One of the filthy secrets of freelancing is that a freelancer never quite totally completely feels fully free.
There's no such thing as "paid time off," and no matter how many mental calisthenics you do to tell yourself you deserve the afternoon round of golf, a nagging feeling follows you for the first few holes: I should probably be doing more.
Which means you have to impose your own version of the personal day, the sick day, the mental health day or just the fuck-it-I'm-playing-hookey day.
The best idea I've seen lately for doing this on a regular, firm and institutional basis is the bright blue note at the bottom of the e-mail autosignature of a new Murrespondent, the freelance writer and editor Clare C. McDermott.
• Please note: I do not work on Mondays.
Now, I'm fine with working on Mondays. In fact, I find that I go completely crazy if I try to do anything else on a Monday. Working on Monday is for getting a jump on the week, and keeping the week from getting a jump on you.
Nor do I want or need to take off every Friday, or any other day of the week. But I do want to officially assert my right to keep the "free" in freelance.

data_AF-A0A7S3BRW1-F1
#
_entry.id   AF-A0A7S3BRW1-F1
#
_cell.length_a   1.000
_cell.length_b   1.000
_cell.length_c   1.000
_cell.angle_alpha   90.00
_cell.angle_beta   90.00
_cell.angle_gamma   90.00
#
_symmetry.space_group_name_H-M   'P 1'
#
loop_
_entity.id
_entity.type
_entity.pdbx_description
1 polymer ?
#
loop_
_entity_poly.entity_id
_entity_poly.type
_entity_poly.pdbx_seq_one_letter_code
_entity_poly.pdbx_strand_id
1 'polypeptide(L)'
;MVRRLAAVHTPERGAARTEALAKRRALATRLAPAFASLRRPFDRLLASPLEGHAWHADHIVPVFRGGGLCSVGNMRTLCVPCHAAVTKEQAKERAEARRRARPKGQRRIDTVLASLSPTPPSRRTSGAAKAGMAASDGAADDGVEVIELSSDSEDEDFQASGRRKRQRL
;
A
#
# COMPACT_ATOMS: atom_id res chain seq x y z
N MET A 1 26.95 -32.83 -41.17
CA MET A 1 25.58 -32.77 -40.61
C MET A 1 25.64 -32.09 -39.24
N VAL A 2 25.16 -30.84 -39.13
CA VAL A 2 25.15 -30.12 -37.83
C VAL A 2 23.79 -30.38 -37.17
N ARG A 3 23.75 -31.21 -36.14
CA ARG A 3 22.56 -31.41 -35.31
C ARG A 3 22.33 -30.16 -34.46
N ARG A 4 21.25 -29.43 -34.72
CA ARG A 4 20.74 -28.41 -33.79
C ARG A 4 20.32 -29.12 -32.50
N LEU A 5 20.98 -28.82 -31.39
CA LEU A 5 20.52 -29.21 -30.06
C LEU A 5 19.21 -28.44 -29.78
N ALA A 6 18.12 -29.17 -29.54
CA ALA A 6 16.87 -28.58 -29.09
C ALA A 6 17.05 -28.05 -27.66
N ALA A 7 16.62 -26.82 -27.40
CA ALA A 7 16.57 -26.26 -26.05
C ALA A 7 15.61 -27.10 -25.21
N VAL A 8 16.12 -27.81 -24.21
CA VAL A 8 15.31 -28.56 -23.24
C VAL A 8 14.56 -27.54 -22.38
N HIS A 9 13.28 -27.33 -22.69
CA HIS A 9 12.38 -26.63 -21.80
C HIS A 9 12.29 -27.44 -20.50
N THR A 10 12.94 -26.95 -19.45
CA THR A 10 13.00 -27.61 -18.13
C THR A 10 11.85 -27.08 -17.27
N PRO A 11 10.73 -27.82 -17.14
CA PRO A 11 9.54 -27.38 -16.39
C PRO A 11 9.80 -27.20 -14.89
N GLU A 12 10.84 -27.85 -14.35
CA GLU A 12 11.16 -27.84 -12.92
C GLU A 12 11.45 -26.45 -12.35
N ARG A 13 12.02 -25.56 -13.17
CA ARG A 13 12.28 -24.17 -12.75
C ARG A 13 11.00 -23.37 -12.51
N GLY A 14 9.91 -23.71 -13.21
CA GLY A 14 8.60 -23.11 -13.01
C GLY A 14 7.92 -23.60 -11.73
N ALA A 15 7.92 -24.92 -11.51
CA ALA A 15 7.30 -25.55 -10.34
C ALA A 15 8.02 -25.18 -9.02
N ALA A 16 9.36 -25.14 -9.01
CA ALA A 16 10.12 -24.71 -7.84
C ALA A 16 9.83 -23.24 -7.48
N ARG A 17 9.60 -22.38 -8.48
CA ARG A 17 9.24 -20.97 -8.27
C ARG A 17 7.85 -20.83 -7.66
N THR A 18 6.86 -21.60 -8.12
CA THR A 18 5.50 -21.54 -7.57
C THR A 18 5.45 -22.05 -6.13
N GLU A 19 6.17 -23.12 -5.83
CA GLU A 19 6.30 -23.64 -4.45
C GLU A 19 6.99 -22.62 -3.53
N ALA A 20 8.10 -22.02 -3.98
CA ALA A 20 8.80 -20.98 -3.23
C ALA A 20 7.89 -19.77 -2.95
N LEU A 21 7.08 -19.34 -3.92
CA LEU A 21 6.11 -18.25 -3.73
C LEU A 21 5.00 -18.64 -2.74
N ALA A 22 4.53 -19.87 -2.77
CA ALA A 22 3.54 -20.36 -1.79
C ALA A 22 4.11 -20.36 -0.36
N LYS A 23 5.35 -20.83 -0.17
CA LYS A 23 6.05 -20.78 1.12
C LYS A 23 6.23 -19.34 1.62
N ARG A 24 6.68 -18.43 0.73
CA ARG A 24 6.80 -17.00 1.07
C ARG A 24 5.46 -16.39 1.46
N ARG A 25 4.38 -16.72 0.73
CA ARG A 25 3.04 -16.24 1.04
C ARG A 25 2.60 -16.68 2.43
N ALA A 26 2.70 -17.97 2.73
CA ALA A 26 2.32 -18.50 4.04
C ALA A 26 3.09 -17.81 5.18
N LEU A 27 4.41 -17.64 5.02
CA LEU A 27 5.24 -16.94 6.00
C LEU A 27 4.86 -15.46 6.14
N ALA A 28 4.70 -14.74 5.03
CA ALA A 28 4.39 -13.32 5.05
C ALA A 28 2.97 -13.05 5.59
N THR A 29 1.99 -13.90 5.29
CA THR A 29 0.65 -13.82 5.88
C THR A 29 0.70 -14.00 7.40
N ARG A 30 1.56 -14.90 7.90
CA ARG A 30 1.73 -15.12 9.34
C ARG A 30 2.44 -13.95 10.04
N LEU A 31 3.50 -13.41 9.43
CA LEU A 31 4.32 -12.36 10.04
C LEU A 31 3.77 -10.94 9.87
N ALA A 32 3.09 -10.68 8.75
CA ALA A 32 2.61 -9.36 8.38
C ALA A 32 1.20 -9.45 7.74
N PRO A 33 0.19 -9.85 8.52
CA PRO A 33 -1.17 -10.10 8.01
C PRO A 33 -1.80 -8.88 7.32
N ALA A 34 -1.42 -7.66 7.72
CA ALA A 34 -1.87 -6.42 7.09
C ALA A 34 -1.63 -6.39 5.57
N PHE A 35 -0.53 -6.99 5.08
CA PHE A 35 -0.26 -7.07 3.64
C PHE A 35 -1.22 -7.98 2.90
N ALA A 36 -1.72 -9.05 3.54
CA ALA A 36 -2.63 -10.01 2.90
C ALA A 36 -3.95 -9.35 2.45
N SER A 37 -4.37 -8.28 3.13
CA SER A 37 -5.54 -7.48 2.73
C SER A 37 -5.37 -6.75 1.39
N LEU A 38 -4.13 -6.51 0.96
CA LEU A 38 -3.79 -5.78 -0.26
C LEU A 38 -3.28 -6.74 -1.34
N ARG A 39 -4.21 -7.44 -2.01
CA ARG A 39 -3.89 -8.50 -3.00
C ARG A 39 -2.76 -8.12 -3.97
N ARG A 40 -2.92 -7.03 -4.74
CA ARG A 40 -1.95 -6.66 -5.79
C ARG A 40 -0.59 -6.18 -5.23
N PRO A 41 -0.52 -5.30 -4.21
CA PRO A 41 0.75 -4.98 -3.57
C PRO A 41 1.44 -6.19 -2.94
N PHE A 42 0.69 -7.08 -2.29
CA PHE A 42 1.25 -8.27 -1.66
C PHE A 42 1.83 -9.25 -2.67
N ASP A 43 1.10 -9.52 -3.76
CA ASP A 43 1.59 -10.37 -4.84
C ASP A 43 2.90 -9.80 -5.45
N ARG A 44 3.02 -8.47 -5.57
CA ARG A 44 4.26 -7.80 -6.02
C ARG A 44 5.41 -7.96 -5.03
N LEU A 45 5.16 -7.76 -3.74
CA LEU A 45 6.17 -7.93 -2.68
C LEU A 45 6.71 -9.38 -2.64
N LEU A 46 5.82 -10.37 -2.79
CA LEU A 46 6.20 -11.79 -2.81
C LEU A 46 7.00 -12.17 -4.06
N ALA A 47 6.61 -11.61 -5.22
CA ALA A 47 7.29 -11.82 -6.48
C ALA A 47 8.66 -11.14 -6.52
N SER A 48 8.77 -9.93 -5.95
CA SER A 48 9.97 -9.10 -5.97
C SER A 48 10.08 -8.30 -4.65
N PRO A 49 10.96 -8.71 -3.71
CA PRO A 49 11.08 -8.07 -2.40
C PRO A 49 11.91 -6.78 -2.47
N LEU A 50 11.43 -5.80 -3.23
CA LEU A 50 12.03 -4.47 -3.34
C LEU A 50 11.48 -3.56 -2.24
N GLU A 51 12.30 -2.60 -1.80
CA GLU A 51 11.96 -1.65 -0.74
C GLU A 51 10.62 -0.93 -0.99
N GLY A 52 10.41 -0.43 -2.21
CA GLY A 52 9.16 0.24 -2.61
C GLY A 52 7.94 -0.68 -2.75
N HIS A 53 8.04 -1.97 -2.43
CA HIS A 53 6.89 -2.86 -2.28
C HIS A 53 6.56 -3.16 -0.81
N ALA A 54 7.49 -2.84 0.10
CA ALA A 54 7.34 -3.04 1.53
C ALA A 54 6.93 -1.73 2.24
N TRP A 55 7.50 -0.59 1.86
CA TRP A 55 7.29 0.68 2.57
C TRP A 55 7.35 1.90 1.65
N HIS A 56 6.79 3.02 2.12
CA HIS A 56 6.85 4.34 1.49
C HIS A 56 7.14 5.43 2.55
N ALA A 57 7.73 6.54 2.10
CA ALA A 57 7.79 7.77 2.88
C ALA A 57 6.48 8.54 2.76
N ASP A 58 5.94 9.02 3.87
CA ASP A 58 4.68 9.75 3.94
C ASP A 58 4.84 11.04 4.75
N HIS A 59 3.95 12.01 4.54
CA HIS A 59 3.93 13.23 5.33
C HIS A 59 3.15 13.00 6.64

So I'm thinking of other Please note, that I might write, for my patrons:
• Please note: My lunches are two-hour sessions, because they usually include a workout before, and a short nap after.
• Please note: I work in the mornings. Jesus, do I work in the mornings! Because at Murray's Freelance Writing we have no meetings or dumb HR procedures or fat-chewing marplots, I get more real work done before noon on Monday than most people do all week. So in the afternoons if the weather's good, I'm often out golfing, or tearing around town on my motorcycle or hanging out with my daughter in order to refresh my spirit sufficiently to work like a wolverine again tomorrow morning. Talk then!
• Please note: Though writing is important, it is not an emergency. Talk to you tomorrow.
Writers, what Gone Fishin' sign would put up for your clients?